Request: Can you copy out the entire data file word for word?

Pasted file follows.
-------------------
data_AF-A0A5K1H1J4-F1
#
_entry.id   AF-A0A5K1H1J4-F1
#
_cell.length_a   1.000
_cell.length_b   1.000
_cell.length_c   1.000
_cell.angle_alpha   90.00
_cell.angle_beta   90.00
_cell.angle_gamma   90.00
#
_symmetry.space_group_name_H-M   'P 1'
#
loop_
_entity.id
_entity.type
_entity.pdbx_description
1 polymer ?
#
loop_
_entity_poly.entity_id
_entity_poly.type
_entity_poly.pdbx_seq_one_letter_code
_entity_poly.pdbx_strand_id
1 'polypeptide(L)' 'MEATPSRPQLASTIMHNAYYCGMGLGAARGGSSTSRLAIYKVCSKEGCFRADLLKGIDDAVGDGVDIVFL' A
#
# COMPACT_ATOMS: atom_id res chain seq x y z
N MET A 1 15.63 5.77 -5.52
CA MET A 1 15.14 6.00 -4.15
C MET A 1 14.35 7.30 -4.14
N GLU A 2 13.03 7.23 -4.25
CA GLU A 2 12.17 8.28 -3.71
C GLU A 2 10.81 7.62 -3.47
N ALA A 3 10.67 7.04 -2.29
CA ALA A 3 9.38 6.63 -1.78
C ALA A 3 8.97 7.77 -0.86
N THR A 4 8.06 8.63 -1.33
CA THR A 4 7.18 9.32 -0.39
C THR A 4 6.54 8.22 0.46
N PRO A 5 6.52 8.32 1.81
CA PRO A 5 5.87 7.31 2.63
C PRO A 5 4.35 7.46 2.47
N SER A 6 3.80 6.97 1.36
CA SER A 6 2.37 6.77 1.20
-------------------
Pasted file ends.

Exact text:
data_AF-A0A5K1H1J4-F1
#
_entry.id   AF-A0A5K1H1J4-F1
#
_cell.length_a   1.000
_cell.length_b   1.000
_cell.length_c   1.000
_cell.angle_alpha   90.00
_cell.angle_beta   90.00
_cell.angle_gamma   90.00
#
_symmetry.space_group_name_H-M   'P 1'
#
loop_
_entity.id
_entity.type
_entity.pdbx_description
1 polymer ?
#
loop_
_entity_poly.entity_id
_entity_poly.type
_entity_poly.pdbx_seq_one_letter_code
_entity_poly.pdbx_strand_id
1 'polypeptide(L)' 'MEATPSRPQLASTIMHNAYYCGMGLGAARGGSSTSRLAIYKVCSKEGCFRADLLKGIDDAVGDGVDIVFL' A
#
# COMPACT_ATOMS: atom_id res chain seq x y z
N MET A 1 15.63 5.77 -5.52
CA MET A 1 15.14 6.00 -4.15
C MET A 1 14.35 7.30 -4.14
N GLU A 2 13.03 7.23 -4.25
CA GLU A 2 12.17 8.28 -3.71
C GLU A 2 10.81 7.62 -3.47
N ALA A 3 10.67 7.04 -2.29
CA ALA A 3 9.38 6.63 -1.78
C ALA A 3 8.97 7.77 -0.86
N THR A 4 8.06 8.63 -1.33
CA THR A 4 7.18 9.32 -0.39
C THR A 4 6.54 8.22 0.46
N PRO A 5 6.52 8.32 1.81
CA PRO A 5 5.87 7.31 2.63
C PRO A 5 4.35 7.46 2.47
N SER A 6 3.80 6.97 1.36
CA SER A 6 2.37 6.77 1.20